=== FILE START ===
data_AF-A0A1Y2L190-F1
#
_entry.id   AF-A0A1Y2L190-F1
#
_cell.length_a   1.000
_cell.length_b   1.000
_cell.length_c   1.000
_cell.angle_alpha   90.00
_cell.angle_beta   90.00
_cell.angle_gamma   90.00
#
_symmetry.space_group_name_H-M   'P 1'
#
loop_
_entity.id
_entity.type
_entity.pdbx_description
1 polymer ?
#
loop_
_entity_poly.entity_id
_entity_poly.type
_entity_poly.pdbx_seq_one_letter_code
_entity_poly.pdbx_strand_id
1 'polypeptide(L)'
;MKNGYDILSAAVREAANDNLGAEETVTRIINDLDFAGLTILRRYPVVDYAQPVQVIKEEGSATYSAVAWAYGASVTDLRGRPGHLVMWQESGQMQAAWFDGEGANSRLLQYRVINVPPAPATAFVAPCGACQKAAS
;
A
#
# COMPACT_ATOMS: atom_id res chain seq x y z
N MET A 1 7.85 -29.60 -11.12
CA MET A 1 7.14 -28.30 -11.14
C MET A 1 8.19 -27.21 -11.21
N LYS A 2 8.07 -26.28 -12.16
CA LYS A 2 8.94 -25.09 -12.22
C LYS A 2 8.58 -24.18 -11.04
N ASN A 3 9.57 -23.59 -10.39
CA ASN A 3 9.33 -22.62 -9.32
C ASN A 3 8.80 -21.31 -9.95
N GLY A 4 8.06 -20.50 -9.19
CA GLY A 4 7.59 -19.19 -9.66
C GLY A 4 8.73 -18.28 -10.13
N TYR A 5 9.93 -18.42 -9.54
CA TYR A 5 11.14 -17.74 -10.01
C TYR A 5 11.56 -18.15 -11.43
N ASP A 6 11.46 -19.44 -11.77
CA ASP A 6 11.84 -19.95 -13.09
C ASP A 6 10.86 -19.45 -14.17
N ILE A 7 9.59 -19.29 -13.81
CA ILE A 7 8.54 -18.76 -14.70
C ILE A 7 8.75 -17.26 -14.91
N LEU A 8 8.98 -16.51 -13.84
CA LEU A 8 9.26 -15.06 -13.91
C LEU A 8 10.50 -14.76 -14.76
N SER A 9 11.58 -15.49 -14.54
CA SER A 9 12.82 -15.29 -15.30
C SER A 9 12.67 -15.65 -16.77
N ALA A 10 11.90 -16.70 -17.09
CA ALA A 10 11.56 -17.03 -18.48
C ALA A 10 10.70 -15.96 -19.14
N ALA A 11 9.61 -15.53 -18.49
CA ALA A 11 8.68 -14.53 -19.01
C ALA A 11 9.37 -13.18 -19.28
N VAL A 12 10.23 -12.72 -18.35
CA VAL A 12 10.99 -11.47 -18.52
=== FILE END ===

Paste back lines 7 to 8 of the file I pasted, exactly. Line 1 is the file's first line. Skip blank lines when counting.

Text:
_cell.length_c   1.000
_cell.angle_alpha   90.00